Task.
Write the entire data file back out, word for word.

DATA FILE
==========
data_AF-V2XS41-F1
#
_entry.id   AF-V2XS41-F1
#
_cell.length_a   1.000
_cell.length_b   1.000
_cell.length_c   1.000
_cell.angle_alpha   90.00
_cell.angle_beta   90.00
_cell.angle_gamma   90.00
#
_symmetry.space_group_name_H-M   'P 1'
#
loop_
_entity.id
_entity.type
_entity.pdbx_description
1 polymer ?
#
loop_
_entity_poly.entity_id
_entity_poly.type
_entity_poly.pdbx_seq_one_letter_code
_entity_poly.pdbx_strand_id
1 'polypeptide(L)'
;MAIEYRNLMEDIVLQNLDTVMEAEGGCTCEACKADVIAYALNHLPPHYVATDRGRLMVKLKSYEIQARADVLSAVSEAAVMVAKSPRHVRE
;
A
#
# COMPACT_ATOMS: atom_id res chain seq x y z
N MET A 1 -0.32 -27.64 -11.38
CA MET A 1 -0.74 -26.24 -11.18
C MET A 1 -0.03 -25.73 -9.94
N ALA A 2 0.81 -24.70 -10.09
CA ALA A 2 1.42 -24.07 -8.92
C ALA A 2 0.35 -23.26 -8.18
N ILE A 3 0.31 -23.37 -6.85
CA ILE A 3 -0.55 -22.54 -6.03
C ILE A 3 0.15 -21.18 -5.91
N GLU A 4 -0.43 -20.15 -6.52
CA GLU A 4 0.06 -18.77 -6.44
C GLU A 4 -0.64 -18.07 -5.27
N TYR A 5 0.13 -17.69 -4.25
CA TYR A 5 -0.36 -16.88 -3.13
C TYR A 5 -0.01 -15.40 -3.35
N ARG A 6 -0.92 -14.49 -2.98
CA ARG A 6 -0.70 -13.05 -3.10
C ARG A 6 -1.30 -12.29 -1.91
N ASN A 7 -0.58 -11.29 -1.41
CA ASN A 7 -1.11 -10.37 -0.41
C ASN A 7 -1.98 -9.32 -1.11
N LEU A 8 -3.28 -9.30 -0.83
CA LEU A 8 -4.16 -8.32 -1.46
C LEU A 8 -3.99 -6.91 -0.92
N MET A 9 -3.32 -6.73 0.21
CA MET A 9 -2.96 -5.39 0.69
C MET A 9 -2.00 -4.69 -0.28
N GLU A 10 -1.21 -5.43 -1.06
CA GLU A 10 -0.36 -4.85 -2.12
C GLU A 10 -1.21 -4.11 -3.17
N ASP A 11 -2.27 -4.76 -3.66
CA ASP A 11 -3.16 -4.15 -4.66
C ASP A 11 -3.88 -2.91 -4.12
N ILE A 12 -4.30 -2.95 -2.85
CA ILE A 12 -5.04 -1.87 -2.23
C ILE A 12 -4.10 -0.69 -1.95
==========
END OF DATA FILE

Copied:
data_AF-V2XS41-F1
#
_entry.id   AF-V2XS41-F1
#
_cell.length_a   1.000
_cell.length_b   1.000
_cell.length_c   1.000
_cell.angle_alpha   90.00
_cell.angle_beta   90.00
_cell.angle_gamma   90.00
#
_symmetry.space_group_name_H-M   'P 1'
#
loop_
_entity.id
_entity.type
_entity.pdbx_description
1 polymer ?
#
loop_
_entity_poly.entity_id
_entity_poly.type
_entity_poly.pdbx_seq_one_letter_code
_entity_poly.pdbx_strand_id
1 'polypeptide(L)'
;MAIEYRNLMEDIVLQNLDTVMEAEGGCTCEACKADVIAYALNHLPPHYVATDRGRLMVKLKSYEIQARADVLSAVSEAAVMVAKSPRHVRE
;
A
#
# COMPACT_ATOMS: atom_id res chain seq x y z
N MET A 1 -0.32 -27.64 -11.38
CA MET A 1 -0.74 -26.24 -11.18
C MET A 1 -0.03 -25.73 -9.94
N ALA A 2 0.81 -24.70 -10.09
CA ALA A 2 1.42 -24.07 -8.92
C ALA A 2 0.35 -23.26 -8.18
N ILE A 3 0.31 -23.37 -6.85
CA ILE A 3 -0.55 -22.54 -6.03
C ILE A 3 0.15 -21.18 -5.91
N GLU A 4 -0.43 -20.15 -6.52
CA GLU A 4 0.06 -18.77 -6.44
C GLU A 4 -0.64 -18.07 -5.27
N TYR A 5 0.13 -17.69 -4.25
CA TYR A 5 -0.36 -16.88 -3.13
C TYR A 5 -0.01 -15.40 -3.35
N ARG A 6 -0.92 -14.49 -2.98
CA ARG A 6 -0.70 -13.05 -3.10
C ARG A 6 -1.30 -12.29 -1.91
N ASN A 7 -0.58 -11.29 -1.41
CA ASN A 7 -1.11 -10.37 -0.41
C ASN A 7 -1.98 -9.32 -1.11
N LEU A 8 -3.28 -9.30 -0.83
CA LEU A 8 -4.16 -8.32 -1.46
C LEU A 8 -3.99 -6.91 -0.92
N MET A 9 -3.32 -6.73 0.21
CA MET A 9 -2.96 -5.39 0.69
C MET A 9 -2.00 -4.69 -0.28
N GLU A 10 -1.21 -5.43 -1.06
CA GLU A 10 -0.36 -4.85 -2.12
C GLU A 10 -1.21 -4.11 -3.17
N ASP A 11 -2.27 -4.76 -3.66
CA ASP A 11 -3.16 -4.15 -4.66
C ASP A 11 -3.88 -2.91 -4.12
N ILE A 12 -4.30 -2.95 -2.85
CA ILE A 12 -5.04 -1.87 -2.23
C ILE A 12 -4.10 -0.69 -1.95